I was a bit anxious about staying in Raja Ampat over Christmas (it is well known for its primitive conditions) but we made sure to get ourselves booked into one of the better homestays. This was about as close as we’d get to ‘feeling homely’ in somewhere as remote as Raja Ampat.
#4 Treat yourself
If you’re backpacking at Christmas, the biggest (slash best) present you’ll be getting is the gift of travel! However, I still think it’s important to mark the occasion with a ‘treat to self’ or something thats feels familiar. Whether it’s a couple of beers, watching a Christmas movie, indulging in your favourite chocolate bar, or treating yourself to that bikini you’ve had your eye on, its nice to have something to open on the big day!
In December, we did a little Christmas shopping at a mall in Sorong, West Papua. It was bizarre walking in off the hot streets in flip flops and being faced with a big fake tree and a sound system blaring out an Indonesian version of Maria Carey’s ‘All I want for Christmas’.
We stocked up on our favourite snacks to share and enjoy together with the local kids on Christmas Day. It sounds ridiculous but I was so excited about having some treats to look forward to. It definitely made me feel more Christmassy!
#5 Celebrate Christmas like a local
In the Western world we are so consumed by the run-up to Christmas, with all the advent calendars and constant countdowns. But in West Papua, Christmas Day could honestly pass as any other. The only noticeable difference was that it is treated like a Sunday, a day of rest. To mark the occasion people go to Church, so we decided to join our homestay hosts and celebrate Christmas like a local.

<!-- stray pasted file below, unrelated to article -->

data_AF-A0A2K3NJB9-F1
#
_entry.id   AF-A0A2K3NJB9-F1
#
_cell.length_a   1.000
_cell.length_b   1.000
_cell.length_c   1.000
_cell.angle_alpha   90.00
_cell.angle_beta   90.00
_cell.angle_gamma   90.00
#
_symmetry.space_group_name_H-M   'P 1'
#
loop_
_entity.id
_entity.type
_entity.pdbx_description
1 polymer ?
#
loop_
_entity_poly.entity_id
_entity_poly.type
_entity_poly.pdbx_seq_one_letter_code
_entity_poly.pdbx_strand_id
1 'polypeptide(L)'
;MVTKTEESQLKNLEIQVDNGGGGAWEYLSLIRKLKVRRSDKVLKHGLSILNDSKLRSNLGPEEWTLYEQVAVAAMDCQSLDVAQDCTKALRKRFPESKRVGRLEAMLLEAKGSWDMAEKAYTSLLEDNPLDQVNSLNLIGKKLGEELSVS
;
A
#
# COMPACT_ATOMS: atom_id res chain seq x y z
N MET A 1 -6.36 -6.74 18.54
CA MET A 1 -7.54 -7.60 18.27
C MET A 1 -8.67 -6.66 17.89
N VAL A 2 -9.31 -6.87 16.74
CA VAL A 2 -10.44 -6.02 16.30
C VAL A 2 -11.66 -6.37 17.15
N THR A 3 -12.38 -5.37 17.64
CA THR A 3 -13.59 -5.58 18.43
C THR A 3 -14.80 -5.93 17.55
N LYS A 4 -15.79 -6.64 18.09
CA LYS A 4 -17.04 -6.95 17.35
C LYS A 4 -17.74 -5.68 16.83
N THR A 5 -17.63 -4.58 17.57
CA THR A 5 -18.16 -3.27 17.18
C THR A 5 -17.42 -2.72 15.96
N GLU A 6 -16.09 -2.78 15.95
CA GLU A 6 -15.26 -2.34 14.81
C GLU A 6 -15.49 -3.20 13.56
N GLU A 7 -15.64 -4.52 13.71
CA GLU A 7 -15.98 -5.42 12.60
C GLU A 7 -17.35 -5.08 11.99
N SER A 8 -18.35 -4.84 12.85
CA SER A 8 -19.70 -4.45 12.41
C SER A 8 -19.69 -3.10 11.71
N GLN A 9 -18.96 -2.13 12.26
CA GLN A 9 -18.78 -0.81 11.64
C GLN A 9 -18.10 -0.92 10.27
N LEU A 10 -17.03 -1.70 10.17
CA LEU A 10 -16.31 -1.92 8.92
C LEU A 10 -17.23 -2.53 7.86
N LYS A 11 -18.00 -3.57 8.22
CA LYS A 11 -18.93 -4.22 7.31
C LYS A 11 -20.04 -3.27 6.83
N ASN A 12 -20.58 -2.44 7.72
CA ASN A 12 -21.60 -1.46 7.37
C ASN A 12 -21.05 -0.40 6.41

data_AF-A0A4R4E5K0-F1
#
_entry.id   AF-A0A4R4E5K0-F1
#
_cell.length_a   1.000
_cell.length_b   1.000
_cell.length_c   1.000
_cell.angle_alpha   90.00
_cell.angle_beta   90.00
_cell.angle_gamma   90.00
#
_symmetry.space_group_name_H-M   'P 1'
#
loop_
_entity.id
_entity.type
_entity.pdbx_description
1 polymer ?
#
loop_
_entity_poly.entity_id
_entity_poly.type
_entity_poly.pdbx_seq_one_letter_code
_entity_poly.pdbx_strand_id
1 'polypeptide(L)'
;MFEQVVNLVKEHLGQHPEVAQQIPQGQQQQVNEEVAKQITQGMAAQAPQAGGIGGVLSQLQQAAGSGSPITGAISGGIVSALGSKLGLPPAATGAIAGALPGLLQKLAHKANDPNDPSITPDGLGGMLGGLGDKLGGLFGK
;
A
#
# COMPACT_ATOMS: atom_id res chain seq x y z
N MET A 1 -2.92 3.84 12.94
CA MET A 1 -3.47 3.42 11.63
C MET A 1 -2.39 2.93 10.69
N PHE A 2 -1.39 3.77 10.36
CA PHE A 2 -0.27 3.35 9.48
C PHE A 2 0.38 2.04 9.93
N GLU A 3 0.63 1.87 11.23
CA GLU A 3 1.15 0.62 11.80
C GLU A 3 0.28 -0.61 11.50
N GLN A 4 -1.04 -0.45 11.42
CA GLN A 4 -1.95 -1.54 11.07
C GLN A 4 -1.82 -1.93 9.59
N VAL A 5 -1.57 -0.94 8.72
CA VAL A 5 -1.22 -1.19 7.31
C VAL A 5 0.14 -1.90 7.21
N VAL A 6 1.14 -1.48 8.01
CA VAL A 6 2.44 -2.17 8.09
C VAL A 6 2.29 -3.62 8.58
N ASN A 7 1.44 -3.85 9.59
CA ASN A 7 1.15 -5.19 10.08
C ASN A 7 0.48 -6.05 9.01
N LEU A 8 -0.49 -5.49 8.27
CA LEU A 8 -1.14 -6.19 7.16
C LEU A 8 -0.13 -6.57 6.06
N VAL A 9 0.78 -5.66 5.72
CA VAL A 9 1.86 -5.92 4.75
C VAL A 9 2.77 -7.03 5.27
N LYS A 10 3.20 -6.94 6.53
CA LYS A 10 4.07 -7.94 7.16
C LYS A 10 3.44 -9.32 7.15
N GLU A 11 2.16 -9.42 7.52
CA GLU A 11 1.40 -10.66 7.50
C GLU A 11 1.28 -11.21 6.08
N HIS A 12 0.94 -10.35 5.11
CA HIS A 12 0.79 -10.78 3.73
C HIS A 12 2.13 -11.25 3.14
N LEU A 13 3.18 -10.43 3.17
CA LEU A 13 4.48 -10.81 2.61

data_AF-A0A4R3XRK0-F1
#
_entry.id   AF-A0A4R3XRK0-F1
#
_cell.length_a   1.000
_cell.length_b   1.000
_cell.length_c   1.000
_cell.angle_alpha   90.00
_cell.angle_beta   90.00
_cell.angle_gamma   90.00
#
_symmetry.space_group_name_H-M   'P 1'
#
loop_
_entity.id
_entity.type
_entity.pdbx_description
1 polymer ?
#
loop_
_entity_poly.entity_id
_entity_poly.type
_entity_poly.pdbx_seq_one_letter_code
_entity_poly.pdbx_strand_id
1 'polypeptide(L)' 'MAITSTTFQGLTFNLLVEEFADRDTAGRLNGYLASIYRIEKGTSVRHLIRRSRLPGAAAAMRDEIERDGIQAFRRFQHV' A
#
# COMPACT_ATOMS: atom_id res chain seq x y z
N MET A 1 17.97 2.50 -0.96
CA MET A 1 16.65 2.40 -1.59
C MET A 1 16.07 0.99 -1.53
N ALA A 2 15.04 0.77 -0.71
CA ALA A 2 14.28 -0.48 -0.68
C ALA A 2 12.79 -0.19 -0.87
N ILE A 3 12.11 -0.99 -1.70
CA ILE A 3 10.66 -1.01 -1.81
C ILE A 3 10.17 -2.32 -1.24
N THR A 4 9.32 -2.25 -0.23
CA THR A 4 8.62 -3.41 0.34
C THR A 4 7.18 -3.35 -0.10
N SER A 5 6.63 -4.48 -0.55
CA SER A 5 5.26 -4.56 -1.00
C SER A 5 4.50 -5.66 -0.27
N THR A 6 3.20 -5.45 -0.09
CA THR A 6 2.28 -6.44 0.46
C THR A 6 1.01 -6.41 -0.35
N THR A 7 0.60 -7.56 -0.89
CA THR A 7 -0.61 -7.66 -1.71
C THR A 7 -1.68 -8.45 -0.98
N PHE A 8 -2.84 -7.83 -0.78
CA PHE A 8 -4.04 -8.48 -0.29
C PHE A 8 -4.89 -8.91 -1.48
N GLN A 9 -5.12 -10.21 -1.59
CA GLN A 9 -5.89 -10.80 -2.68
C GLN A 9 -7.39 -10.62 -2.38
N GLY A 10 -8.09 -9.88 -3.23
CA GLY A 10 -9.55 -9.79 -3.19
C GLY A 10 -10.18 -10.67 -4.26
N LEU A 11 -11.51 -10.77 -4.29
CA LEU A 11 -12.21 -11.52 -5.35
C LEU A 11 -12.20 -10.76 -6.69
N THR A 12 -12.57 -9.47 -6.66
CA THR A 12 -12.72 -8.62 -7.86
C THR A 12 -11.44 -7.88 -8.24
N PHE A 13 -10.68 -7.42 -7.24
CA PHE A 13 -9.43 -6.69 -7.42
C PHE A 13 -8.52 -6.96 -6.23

The community congregated at 9am for a morning service, they sang songs, prayed thanks and tithed. Afterwards we all shook hands, wished one another a Merry Christmas and then it was back to cooking, cleaning, fishing, while the children played in the sun. If you’re ever lucky enough to experience Christmas in another part of the world, embrace the culture and celebrate it like a local. It showed me a whole other way of life that I didn’t even know existed.
#6 Giving thanks and appreciate more
In Raja Ampat, Christmas is all about giving thanks, not gifts. So after Church, we found some local kids and gave out some sweets. Seeing the happiness on their little smiling faces was amazing! This stripped-back approach to Christmas made me unbelievably grateful and thankful for the abundance I’d received over the previous 30 years.
#7 How to handle being away from home